8 Simple Steps for Creating a Successful Dashboard (Part 3): Steps 5 – 8

  • by Ingo Hilgefort, Vice President of Product Management, Visual BI Solutions
  • December 12, 2016
The first two parts of this series of three articles reviewed the motivations and the value-add of this new process for creating dashboards. In this is third and last part, learn the details about the final four steps, including the actual dashboard design phases and its roll-out to users.
Learning Objectives

By reading this article, you will learn:

  • Key aspects of the actual dashboard design phases
  • What is relevant when moving from the dashboard-design phase to the roll-out phase
  • About training and documentation and how these topics are relevant for projects
Key Concept

The demand for shorter project timelines, combined with increasing requests for stronger data visualizations, require a new approach for creating dashboards. Using agile concepts and a design-thinking approach that involves stakeholders early in the project are key to ensuring the success of your next dashboard project.

After going through all the steps of the dashboard-design process, and after you have mastered the details and deliverables for each step, my goal is to make you confident that you can leverage these tips as part of your next project. Review and use the steps outlined in this article to help you become a more efficient and successful dashboard designer. An important aspect of this process it to fully incorporate the agile and design-thinking concepts. This means to review items early and often, gather feedback from your users early in the process and often, and include your stakeholders in a collaborative way so that they feel like part of the process and part of the solution: the final dashboard.

In the first four steps—observe and understand, define, ideate, and prototype (covered in my “8 Simple Steps for Creating a Successful Dashboard (Part 2): Steps 1 – 4,” BI Expert article)—I discussed how to gather all the requirements from stakeholders, defined the key performance indicators (KPIs) that are required as part of the dashboard design, and explained the importance of involving stakeholders by using a collaborative approach early in the process. With these final four steps (steps 5 through 8) I show how to take those prototypes and turn them into the real dashboards, and roll out the dashboards to all your users. An overview of all eight steps is shown in Figure 1.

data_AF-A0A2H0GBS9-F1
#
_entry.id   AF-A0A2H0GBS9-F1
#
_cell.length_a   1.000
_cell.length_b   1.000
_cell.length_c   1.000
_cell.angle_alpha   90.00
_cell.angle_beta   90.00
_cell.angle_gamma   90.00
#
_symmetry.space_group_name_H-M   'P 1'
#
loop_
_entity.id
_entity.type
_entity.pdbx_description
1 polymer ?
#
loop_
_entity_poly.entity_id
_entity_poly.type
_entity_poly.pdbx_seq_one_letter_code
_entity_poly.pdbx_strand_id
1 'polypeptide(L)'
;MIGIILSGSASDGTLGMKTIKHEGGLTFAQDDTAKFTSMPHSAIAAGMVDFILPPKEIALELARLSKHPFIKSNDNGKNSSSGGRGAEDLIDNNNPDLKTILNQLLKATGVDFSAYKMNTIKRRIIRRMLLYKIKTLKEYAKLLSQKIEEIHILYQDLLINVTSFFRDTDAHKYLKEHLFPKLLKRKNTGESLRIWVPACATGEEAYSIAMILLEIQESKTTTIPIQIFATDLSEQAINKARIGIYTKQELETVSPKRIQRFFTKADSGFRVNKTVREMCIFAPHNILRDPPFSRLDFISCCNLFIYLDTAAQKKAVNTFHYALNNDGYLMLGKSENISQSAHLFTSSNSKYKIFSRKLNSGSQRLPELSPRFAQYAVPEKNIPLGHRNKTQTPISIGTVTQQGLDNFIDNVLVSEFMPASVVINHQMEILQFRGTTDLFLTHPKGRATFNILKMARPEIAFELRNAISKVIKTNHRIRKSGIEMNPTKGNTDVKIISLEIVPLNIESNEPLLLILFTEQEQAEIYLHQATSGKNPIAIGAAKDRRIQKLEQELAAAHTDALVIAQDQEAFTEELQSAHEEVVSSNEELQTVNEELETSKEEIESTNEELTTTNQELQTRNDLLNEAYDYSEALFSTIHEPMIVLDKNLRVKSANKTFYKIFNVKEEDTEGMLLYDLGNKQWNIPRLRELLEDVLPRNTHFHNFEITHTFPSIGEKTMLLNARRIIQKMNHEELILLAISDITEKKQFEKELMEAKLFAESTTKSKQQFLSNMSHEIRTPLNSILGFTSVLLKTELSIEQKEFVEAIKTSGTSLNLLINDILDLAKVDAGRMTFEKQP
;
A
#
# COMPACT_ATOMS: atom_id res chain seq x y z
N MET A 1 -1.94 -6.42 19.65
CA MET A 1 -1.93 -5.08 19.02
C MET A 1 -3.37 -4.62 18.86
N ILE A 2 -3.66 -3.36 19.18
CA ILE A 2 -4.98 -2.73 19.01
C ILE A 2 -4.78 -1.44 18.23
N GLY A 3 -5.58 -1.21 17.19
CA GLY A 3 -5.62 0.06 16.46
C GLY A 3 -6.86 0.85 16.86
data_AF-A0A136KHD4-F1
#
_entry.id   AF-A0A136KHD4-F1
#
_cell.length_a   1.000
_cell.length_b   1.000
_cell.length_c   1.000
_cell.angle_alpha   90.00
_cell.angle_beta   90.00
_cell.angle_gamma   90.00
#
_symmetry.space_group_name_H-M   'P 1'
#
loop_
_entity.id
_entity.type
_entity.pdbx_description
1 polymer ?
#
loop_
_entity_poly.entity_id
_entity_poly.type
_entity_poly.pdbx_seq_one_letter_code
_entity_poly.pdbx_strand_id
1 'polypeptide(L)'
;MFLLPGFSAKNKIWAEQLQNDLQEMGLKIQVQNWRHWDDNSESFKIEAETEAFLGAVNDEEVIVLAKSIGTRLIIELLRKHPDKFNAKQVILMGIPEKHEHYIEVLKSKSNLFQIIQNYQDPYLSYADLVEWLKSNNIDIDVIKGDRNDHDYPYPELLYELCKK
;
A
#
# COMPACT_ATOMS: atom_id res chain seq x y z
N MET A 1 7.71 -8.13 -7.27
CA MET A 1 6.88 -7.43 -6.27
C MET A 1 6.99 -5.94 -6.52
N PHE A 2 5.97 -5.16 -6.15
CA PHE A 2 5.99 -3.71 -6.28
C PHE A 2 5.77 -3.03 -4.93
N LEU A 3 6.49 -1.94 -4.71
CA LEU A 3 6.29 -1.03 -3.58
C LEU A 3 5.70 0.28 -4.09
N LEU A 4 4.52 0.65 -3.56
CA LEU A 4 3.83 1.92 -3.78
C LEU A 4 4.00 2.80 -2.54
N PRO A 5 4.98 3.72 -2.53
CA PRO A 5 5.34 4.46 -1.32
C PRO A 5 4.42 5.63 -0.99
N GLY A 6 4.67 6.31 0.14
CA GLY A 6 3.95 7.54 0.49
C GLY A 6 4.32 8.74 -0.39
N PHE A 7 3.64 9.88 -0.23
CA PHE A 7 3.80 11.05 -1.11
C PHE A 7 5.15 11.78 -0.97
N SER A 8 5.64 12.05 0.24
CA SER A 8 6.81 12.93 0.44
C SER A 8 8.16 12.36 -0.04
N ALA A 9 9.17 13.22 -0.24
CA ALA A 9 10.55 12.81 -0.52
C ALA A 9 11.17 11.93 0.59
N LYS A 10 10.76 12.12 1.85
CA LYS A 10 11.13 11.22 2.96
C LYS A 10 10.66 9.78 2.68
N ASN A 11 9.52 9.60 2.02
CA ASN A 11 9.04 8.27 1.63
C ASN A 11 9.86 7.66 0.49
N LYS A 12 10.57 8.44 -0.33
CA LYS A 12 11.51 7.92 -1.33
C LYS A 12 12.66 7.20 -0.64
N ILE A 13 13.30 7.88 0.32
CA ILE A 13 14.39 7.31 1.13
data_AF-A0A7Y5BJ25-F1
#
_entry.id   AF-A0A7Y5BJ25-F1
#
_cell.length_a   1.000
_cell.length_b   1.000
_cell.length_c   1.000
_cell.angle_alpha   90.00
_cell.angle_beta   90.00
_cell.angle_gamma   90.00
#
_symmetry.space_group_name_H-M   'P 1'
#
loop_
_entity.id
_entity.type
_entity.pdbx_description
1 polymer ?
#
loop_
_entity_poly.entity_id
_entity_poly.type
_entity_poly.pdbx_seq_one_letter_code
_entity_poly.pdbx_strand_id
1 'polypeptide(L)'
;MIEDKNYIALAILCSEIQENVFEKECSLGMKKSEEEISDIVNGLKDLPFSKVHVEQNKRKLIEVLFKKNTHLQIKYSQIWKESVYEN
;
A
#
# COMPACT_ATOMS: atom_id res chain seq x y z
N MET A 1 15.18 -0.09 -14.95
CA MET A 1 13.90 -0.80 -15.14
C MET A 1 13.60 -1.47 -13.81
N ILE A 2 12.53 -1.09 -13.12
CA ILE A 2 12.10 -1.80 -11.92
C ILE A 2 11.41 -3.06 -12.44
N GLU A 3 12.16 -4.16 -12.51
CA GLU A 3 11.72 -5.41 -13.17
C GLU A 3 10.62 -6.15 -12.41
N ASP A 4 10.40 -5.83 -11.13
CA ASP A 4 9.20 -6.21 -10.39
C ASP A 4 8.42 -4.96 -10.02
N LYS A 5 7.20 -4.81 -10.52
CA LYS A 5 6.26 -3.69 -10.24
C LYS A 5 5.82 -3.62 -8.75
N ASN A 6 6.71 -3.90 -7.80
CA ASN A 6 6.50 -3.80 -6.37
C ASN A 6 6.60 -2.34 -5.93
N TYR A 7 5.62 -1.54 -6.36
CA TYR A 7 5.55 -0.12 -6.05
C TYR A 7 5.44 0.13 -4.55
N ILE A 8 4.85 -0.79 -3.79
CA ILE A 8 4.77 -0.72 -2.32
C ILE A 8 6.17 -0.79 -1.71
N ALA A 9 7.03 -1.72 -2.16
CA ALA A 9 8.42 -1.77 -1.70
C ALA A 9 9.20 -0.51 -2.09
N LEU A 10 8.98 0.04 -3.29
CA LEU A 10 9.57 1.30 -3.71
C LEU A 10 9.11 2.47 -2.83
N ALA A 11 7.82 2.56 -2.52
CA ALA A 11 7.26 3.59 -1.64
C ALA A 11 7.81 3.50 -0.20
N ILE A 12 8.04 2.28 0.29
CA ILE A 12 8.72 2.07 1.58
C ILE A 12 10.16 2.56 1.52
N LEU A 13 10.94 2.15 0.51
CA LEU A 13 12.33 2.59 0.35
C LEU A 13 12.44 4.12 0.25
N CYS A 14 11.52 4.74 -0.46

Figure 1
The complete eight-step process for building a better dashboard

Ingo Hilgefort

Ingo Hilgefort started his career in 1999 with Seagate Software/Crystal Decisions as a trainer and consultant. He moved to Walldorf for Crystal Decisions at the end of 2000, and worked with the SAP NetWeaver BW development team integrating Crystal Reports with SAP NetWeaver BW. He then relocated to Vancouver in 2004, and worked as a product manager/program manager (in engineering) on the integration of BusinessObjects products with SAP products. Ingo's focus is now on the integration of the SAP BusinessObjects BI suite with  SAP landscapes, such as SAP BW and SAP BW on SAP HANA, focusing on end-to-end integration scenarios. In addition to his experience as a product manager and in his engineering roles, Ingo has been involved in architecting and delivering deployments of SAP BusinessObjects software in combination with SAP software for a number of global customers, and has been recognized by the SAP Community as an SAP Mentor for SAP BusinessObjects- and SAP integration-related topics. Currently, Ingo is the Vice President of Product Management and Product Strategy at Visual BI Solutions, working on extensions to SAP’s product offering such as SAP BusinessObjects Design Studio and SAP Lumira. You may follow him on Twitter at @ihilgefort.

Ingo will be presenting at the upcoming Reporting & Analytics 2017 INTERACTIVE conference, November 29-December 1, 2017, in Las Vegas. For information on the event, click here.

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